"Section 1510-A (COLAs) provides that, if the Council adopts a resolution declaring 'a fiscal and service level emergency,' the City may, for a period of up to five years, suspend all or part of the COLA payments due to all retirees."

"The City argues that Valdes supports the notion that vested rights can be suspended in an emergency.  There are several difficulties with this argument."

"In authorizing denial of benefits rather than mere deferral, Section 1510-A exceeds the scope of what Valdes contemplates as potentially allowable.  Accordingly, Section 1510-A is unlawful and invalid."


The Oregon COLA-taking legislation was enacted last Fall (2013.)  Under a provision of the bill that broke the pension COLA contract the legal challenge was sent directly to the Oregon Supreme Court.  Just nine years ago the Oregon Supreme Court addressed this question, the contractual nature of public pension COLA benefits (in 2005.)

From the Oregon Supreme Court Decision in Strunk v. PERB (March 8, 2005):

"We therefore conclude that the elimination of annual COLAs from the 'fixed' service retirement allowance, as set out in Oregon Laws 2003, chapter 67, section 10(3), is inconsistent with the legislature's promise set out in ORS 238.360(1) (2001)."

" . . . Strunk and Sartain petitioners are correct in their assertion that the provision of the 2003 PERS legislation that directs PERB to not apply annual COLAs to certain retired members' 'fixed' service retirement allowances breaches the contrary obligation of the PERS contract to do so; that provision also is declared void and of no effect."

What about the South Dakota and Minnesota COLA decisions?

The South Dakota and Minnesota legislatures both passed bills in recent years that reduced public pension COLA benefits.  The Defendants in the Colorado COLA case, Justus v. State, cited these state bills as examples of successful state legislation reducing pension COLA benefits.  But, in its 2012 Decision in the case Justus v. State, the Colorado Court of Appeals noted that public pension COLA benefits in South Dakota and Minnesota are in essence "ad hoc" COLAs.

Colorado Court of Appeals: "Lastly, defendants point to two decisions by trial courts in other jurisdictions that have rejected contentions that the legislature’s modification of public employee retirees’ COLA violates the Contract Clause.  Those cases, however, are distinguishable.  In Swanson, the court held that the plaintiffs did not have a contractual right to a specific statutory COLA formula.  But in that case the relevant statute required only the use of certain procedures (tied to the level of the pension fund’s investment returns) to calculate “whether an adjustment is payable,” on an annual basis.  It did not set forth a specific rate of increase.  Here (in Colorado), however, the COLA formula was never tied to the level of PERA funding until after sections 19 and 20 of Senate Bill 10-001 took effect.  Rather, the formula in effect immediately before the bill’s enactment provided for a specific rate: “[t]he cumulative increase applied to benefits paid . . . shall be the total percent derived by multiplying three and one-half percent, compounded annually, times the number of years such benefit has been effective after March 1, 2000.”  In Tice, the court considered a COLA statute providing that “‘all benefits except those depending on the member’s contributions shall be annually increased by the improvement factor.’”  The court concluded that the statute mandated only that a contribution must be increased by an unspecified amount, which the legislature was free to change.  Here, as noted, the prior (Colorado) COLA statute established not merely the payment of a COLA, but the payment of a specified percentage."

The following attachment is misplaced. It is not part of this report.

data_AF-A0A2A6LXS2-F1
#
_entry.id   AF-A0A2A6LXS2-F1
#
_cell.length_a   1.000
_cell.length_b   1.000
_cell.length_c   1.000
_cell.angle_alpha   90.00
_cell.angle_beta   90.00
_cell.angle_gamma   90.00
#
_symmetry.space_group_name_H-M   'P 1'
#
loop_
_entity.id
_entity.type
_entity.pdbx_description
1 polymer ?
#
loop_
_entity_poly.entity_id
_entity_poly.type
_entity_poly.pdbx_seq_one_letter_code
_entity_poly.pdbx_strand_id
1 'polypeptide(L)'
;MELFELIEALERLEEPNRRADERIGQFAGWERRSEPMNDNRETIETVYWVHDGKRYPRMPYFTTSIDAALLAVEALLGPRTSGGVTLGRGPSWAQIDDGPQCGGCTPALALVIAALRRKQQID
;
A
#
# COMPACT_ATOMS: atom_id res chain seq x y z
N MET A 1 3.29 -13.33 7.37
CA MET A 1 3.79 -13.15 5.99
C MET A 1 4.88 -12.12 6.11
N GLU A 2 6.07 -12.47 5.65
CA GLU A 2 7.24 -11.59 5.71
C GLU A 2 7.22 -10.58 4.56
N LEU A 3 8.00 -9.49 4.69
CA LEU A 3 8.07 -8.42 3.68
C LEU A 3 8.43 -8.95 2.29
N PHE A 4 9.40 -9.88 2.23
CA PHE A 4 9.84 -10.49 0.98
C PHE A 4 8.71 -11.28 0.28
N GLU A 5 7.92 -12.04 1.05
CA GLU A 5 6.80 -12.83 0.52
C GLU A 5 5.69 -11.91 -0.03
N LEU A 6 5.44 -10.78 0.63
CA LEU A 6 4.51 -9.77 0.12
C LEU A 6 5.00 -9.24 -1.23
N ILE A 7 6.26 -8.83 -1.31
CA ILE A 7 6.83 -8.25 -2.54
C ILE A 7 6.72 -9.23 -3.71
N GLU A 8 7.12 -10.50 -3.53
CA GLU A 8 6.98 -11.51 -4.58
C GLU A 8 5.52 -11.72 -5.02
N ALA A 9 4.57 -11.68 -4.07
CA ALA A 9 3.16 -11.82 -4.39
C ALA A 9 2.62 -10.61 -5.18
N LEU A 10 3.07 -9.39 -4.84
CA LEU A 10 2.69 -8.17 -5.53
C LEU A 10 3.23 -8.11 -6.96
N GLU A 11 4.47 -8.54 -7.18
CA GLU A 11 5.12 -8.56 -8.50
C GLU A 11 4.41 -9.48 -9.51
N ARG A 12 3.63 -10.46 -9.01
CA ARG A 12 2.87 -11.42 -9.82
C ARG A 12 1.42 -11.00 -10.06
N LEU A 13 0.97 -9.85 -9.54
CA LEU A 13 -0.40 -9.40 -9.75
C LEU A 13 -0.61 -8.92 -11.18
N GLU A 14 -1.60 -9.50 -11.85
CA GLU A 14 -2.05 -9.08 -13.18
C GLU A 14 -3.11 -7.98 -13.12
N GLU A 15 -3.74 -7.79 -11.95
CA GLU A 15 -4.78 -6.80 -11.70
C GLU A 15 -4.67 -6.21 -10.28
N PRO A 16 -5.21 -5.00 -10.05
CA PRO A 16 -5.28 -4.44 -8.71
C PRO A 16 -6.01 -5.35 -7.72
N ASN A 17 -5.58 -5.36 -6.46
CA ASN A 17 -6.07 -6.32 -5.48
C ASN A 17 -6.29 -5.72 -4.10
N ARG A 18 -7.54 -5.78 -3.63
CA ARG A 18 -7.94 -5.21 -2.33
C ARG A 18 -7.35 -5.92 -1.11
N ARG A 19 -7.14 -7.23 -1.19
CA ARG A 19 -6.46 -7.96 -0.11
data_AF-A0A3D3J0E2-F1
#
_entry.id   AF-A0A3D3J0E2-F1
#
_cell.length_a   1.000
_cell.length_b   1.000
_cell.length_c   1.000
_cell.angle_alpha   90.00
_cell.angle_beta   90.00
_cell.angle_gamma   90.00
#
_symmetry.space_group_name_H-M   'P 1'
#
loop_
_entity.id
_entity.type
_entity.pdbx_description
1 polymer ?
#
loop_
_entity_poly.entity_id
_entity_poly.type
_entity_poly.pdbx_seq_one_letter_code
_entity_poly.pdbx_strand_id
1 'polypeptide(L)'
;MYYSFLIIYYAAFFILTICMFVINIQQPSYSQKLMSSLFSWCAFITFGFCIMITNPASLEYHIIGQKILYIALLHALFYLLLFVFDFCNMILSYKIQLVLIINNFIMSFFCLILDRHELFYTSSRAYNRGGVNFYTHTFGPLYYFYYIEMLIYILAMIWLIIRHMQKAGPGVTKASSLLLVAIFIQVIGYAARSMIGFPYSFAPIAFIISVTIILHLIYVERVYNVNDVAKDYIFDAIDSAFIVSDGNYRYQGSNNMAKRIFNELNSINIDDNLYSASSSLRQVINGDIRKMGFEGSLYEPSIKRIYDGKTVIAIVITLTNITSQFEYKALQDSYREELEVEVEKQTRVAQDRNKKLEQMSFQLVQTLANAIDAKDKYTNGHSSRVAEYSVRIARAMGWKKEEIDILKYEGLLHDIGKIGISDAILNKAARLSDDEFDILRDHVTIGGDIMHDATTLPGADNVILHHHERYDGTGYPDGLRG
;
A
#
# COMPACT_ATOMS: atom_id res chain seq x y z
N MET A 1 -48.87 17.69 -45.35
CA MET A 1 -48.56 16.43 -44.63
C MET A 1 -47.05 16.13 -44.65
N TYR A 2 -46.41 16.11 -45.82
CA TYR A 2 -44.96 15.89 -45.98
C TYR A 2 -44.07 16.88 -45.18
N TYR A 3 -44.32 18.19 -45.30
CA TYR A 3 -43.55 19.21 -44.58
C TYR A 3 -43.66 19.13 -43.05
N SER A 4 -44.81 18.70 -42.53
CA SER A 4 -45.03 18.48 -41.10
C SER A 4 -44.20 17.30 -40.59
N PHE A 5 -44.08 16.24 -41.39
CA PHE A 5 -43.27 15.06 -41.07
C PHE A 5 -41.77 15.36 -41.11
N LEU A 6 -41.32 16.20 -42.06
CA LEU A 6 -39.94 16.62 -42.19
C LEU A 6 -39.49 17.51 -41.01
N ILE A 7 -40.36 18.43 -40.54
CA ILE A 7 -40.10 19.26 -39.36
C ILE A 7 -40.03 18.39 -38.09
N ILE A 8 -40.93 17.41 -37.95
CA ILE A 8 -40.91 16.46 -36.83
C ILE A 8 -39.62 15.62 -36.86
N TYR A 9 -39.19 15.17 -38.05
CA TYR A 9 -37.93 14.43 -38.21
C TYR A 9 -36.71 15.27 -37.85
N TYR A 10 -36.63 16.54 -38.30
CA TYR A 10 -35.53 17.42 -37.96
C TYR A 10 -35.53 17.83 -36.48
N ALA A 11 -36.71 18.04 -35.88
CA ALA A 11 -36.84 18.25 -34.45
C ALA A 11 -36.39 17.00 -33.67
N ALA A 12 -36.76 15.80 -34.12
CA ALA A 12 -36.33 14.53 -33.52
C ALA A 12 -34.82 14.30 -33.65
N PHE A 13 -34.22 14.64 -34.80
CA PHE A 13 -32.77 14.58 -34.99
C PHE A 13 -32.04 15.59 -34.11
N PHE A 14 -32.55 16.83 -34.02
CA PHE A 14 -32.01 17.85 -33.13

"Minnesota is the sole state that protects pensions on the basis of 'promissory estoppel,' that is, public pensions are protected against reduction or other impairment only where an individual can show that he or she justifiably relied on the state’s promise of benefits and was harmed by the change."

Some background materials on public pension COLAs:


"The Governmental Accounting Standards Board (GASB) requires public pension plans to disclose assumptions regarding COLAs, including whether the COLA is automatic or ad hoc, and to include the cost of COLAs in projections of pension benefit payments."

(My comment: Thus, it should be a simple matter to locate a public pension plan's characterization of its statutory COLA benefit.)


"According to the Public Fund Survey, approximately three-fourths of pension plans sponsored by states and local governments provide some form of an automatic cost-of-living-adjustment (COLA), i.e., one that does not require specific approval of or action by the plan sponsor (the legislature or city council)."

In 2001, the actuarial firm, Buck Consultants provided a report to the Legislative Audit Committee of the Colorado General Assembly.  In agreement with a recent statement of Colorado PERA employee Koren Holden, the 2001 Buck Consultants report clearly identifies the Colorado PERA 3.5 percent COLA as “automatic.”  The report also refers to PERA's “guaranteed benefits at retirement,” and the “fixed” COLA, that is “compounded annually for each year of retirement.”  The Buck Consultants report identifies the 3.5% PERA COLA as “automatic,” contrasting the PERA COLA with an “ad hoc” COLA “as approved by Legislature.”

Koren Holden, Colorado PERA Project Manager, in Colorado PERA's on-line video series: